Even though there were no customers in store for three months, and Perry had no idea how to start an online store, she put her best assets to work: her knowledge of fashion and gift of the gab. Three or four times a week, she taped and posted videos on social media, describing items she had for sale, including prices. 

Customers tuned in by the hundreds and she sold 80 per cent of what she posted in the videos within the week. Customers would message her after the videos were posted, they’d arrange payment and Perry would drop off the purchases, often right to customers’ doorsteps. 

“It worked really well, it’s something that we decided to continue doing even after we were able to reopen again in June,” she said. They continue to make about three videos a week, and sell most of those items. 

Perry said she posts items on Facebook that would suit customers 30 and over, while posting trendier items for younger customers on Instagram, in shorter video clips. She also frames the sales pitches differently. 

“Our Instagram, we try to make that a little more eco-friendly, cause we notice that Gen Z is all about environmentally friendly,” she said. “Used clothing is eco-friendly and good for the environment.” For Facebook followers, she emphasizes value for money. 

“We try and engage with them how we think they would like to be engaged.”

That’s a lot of folding and ironing

Keeping track of who owns what is definitely a challenge, the owners say. 

Perry expanded to a much larger storefront just one year after opening Little Black Dress Co. (Submitted by Shawna Perry)

“Right now I have over 600 consignors, and I originally started doing everything by hand, but once you get over 100 it’s a little bit harder to track,” said Campbell. She has invested in special software that allows sellers to check the sales of their items online, and request a payout at any time. Then, she simply e-transfers them the money.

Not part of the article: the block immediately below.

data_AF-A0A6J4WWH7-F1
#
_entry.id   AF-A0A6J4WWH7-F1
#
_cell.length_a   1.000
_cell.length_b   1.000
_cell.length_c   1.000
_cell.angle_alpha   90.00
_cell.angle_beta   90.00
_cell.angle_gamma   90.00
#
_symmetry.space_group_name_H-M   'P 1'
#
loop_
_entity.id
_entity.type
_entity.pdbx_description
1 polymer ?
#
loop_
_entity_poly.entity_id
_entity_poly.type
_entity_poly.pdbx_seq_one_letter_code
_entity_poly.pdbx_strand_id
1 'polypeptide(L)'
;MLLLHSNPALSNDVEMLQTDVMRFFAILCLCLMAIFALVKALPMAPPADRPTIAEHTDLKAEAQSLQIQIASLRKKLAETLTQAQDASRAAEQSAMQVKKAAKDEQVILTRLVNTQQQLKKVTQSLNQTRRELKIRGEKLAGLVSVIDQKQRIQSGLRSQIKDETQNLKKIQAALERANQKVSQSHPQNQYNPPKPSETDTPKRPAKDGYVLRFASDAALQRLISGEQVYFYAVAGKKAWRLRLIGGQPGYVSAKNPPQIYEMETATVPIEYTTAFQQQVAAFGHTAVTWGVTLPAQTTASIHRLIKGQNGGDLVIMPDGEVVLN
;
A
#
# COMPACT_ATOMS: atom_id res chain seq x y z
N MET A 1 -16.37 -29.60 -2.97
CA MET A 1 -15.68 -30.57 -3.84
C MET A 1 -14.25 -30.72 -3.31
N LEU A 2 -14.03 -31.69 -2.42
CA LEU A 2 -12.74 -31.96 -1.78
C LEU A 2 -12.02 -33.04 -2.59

Those consignors usually each bring in several things, so she has thousands of consignment items in her store, and is constantly unpacking new items while packing up old ones. 

COVID-19 had an impact, Campbell said. She had to hire more staff for cleaning, but there was less foot traffic in the store even when it was allowed to open. 

Bringing in new inventory was also a challenge. 

“A lot of my best clients are actually in Nova Scotia and New Brunswick, and I would drive over there once a month and go through their closets,” she said. Islanders stuck at home cleaned out their closets and brought more inventory, and helped make up for those losses, however.  

 Campbell also sells Luxury Market items online, and said she ships a lot to the U.S. 

Some second-hand items worth more

Customers have shied away from buying tailored clothing for work meetings or going out, in favour of more casual pieces they really love.

“We just have to start saying no to those amazing products because we know they are just going to sit on our shelves,” said Perry at Little Black Dress in Summerside.The big sellers in the past year have been nice T-shirts and jeans for men and sweaters and Lululemon tights for women.

She is developing an original line of clothing that she hopes will be manufactured and in store this summer, and launching an online storefront.

Did you know some (very few, but some!) items can even gain in value? Things like hard-to-find vintage items, limited-edition designs or Louis Vuitton purses in good condition can hold or even increase in value.  

These store owners may be competing for Islanders’ business, but they all communicate and offer one another ideas. Hodgson even dropped by Campbell’s shop recently to say hi and give her a doughnut. 

“I think business-to-business communication is just as important as local support,” Perry said. “It’s so important this year especially, and especially on P.E.I. where we’re so small, to have good communication with your quote-unquote competitors.”